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In the Woods by Tana French
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In the Woods (2007)

by Tana French

Other authors: See the other authors section.

Series: Dublin Murder Squad (1)

MembersReviewsPopularityAverage ratingMentions
7,901490745 (3.77)647
Detective Rob Ryan and his partner, Cassie Maddox, investigate the murder of a 12-year-old girl near a Dublin suburb. The case resonates with similarities to a murder committed twenty years before that involved two children and the young Ryan.
  1. 161
    The Likeness by Tana French (2810michael)
  2. 62
    Faithful Place by Tana French (ijustgetbored)
  3. 40
    Haunted Ground by Erin Hart (mikedraper)
    mikedraper: Irish setting, good characters and well written
  4. 10
    Case Histories by Kate Atkinson (sturlington)
  5. 10
    Sister by Rosamund Lupton (kraaivrouw)
  6. 00
    In the Forest by Edna O'Brien (Nickelini)
    Nickelini: Murder mysteries set in forests of Ireland, although otherwise not very similar.
  7. 00
    Claire DeWitt and the City of the Dead by Sara Gran (sturlington)
  8. 00
    Gallows Hill by Rory O'Brien (msouliere)
  9. 00
    This Body of Death by Elizabeth George (cometahalley)
  10. 00
    The End of Everything by Megan Abbott (BookshelfMonstrosity)
    BookshelfMonstrosity: Missing persons cases drive these lyrical, richly detailed novels that blend Mystery and Psychological Fiction to explore family secrets, childhood friendships, and the loss of innocence. First-person narration heightens suspense by calling into question the reliability of memory.… (more)
  11. 01
    Dark Places by Gillian Flynn (BookshelfMonstrosity)
    BookshelfMonstrosity: These psychological suspense novels feature characters who, as young children, witness horrible crimes and must now revisit their painful pasts to discover the truth. The stories are fast paced, chilling, and atmospheric.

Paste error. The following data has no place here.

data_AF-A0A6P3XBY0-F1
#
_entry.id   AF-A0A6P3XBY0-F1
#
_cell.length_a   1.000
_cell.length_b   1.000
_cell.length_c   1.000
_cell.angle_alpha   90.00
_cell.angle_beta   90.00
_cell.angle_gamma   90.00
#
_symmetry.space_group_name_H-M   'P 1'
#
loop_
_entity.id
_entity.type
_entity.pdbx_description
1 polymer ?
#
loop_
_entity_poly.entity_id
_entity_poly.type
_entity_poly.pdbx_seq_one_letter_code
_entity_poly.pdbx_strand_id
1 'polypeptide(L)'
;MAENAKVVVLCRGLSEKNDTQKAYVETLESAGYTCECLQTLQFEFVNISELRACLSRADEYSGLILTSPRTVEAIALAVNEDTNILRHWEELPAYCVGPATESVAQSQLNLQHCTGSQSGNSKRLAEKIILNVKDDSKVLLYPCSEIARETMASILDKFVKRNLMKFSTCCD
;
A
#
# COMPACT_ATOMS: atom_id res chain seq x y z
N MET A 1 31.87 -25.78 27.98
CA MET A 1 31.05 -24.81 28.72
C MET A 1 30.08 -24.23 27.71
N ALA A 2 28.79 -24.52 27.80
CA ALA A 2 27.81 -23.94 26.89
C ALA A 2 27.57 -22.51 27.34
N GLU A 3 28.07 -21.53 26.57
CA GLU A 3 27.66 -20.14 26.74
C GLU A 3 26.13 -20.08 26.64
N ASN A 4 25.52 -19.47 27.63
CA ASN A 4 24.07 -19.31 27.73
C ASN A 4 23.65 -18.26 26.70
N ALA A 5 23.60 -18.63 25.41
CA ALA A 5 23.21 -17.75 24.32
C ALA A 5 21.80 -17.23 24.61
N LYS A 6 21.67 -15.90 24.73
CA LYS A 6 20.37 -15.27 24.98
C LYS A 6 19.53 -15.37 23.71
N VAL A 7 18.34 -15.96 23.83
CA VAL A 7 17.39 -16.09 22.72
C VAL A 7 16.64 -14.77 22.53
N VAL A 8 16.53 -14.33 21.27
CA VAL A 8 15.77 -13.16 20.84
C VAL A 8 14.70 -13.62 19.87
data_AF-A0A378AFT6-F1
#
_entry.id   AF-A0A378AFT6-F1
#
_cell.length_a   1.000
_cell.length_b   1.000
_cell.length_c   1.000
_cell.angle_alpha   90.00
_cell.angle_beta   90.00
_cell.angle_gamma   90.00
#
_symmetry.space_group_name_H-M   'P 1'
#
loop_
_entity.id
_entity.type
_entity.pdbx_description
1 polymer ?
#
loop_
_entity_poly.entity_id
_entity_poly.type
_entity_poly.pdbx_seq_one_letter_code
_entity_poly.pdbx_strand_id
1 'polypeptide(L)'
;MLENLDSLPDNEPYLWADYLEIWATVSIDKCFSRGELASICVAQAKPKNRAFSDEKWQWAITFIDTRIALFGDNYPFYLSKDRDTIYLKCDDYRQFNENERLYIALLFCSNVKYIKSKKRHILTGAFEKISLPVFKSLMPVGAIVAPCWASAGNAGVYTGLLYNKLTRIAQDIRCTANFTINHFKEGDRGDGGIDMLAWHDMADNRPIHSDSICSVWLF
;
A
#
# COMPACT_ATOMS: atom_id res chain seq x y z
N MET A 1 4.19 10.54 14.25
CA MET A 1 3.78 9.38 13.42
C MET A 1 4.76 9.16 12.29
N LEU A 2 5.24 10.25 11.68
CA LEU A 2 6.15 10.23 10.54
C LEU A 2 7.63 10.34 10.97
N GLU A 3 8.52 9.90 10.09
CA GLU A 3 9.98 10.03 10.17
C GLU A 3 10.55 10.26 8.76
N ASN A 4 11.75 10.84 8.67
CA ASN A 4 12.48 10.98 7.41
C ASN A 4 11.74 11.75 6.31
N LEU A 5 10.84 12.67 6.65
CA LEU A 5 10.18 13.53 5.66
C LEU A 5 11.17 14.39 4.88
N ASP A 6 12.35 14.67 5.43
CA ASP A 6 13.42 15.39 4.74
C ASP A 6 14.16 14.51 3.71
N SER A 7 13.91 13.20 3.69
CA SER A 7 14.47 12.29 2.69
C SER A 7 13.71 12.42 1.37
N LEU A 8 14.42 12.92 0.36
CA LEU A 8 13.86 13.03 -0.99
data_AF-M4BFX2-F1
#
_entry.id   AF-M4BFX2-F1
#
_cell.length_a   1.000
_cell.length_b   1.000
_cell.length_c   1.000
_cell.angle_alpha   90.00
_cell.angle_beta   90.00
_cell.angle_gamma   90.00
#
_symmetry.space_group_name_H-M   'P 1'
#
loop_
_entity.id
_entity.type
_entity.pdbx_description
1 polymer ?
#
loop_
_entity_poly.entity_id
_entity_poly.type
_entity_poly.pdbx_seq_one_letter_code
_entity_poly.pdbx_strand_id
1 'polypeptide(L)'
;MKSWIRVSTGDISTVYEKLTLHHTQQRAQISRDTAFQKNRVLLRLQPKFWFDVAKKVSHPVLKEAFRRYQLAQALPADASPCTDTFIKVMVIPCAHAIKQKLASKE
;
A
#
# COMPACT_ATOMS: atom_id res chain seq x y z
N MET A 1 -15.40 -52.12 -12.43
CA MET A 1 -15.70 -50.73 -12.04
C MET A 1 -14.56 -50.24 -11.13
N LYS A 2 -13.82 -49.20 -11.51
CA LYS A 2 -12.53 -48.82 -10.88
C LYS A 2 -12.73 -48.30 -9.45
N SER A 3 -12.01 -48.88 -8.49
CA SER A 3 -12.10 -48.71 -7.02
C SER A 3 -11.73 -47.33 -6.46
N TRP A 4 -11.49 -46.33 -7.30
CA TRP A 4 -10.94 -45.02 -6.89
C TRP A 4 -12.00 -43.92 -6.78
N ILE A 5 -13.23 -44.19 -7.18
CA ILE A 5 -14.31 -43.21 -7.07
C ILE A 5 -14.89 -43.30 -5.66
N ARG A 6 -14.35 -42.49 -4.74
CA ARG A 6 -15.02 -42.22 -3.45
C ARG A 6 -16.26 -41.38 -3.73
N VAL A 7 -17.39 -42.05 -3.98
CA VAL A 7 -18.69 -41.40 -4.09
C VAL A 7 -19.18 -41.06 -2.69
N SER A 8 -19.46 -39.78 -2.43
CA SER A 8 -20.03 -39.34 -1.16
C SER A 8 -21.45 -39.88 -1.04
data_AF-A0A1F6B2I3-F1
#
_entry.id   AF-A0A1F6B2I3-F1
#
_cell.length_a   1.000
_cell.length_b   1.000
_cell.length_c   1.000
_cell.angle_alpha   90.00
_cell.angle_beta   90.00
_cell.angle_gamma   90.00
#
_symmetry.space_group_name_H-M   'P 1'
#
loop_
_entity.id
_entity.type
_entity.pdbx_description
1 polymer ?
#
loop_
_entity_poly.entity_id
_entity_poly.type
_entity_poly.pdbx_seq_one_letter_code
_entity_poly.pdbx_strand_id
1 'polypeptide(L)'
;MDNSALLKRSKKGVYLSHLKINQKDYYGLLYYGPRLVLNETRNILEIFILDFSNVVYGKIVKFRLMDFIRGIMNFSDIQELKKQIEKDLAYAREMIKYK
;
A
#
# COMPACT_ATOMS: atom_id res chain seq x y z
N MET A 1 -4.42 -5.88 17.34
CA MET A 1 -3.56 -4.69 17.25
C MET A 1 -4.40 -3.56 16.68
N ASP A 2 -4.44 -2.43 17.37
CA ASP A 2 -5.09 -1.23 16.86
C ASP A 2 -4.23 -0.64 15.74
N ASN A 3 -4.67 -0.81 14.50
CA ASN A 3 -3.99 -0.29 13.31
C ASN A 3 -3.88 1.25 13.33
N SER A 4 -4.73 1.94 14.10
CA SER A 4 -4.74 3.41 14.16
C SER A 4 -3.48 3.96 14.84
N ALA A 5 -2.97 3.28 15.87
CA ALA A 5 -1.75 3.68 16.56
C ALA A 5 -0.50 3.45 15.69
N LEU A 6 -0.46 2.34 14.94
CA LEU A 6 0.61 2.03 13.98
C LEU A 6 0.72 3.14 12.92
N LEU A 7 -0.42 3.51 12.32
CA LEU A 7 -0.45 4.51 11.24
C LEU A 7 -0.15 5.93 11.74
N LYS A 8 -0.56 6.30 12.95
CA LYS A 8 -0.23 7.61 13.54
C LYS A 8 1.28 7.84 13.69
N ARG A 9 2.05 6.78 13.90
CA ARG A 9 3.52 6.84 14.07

12. 02
    Gone Girl by Gillian Flynn (Ling.Lass)
    Ling.Lass: Unreliable narrators, psychopaths, unsympathetic characters who miss their chance at redemption
  13. 03
    December by Phil Rickman (ehines)
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» See also 647 mentions

English (475)  Spanish (5)  German (4)  Dutch (3)  Danish (1)  Swedish (1)  All languages (489)
Showing 1-5 of 475 (next | show all)
IN THE WOODS is a well-written, realistic and gritty psychological crime thriller set in Dublin.

What I loved about the book: Beautiful use of language; rich descriptions, complex characters and intriguing plot, although I correctly guessed the main villain early.

What I disliked about the book: too often the main protagonist (Detective Rob/Adam Ryan) acted, thought and sounded like a teenage girl (throughout the book I was fully aware that I was reading from a male point of view as written by a female author); also, I prefer more resolution and less melancholy in the endings to the novels I read for relaxation (I want reassurance that good will triumph, even if only between the pages of a book.)

However, once I started IN THE WOODS, I read compulsively until the end - there's an edge to it that keeps you reading long after midnight. ( )
  JudyCroome | May 10, 2020 |
So, it was okay. The mystery was interesting and the characters were compelling, but something just didn't quite click for me in this book and I struggled to get into the story. To be fair, I'm a very hit-and-miss mystery reader, so more dedicated readers might really love this book. ( )
  wagner.sarah35 | Apr 30, 2020 |
I enjoyed this book right up to the point that the main character started acting irredeemably stupidly and obnoxiously. Unfortunately, I wasn't nearly as fooled or shocked at the big reveal as the main character and that really brought the book to an unsatisfactory conclusion for me. That said, I very much enjoyed the trip almost all the way to the end and if not for the feeling of frustration at not being able to follow the main character all the way through, I would have given this book 4 stars or more. ( )
  Nikchick | Mar 21, 2020 |
I enjoyed this book right up to the point that the main character started acting irredeemably stupidly and obnoxiously. Unfortunately, I wasn't nearly as fooled or shocked at the big reveal as the main character and that really brought the book to an unsatisfactory conclusion for me. That said, I very much enjoyed the trip almost all the way to the end and if not for the feeling of frustration at not being able to follow the main character all the way through, I would have given this book 4 stars or more. ( )
  Nikchick | Mar 21, 2020 |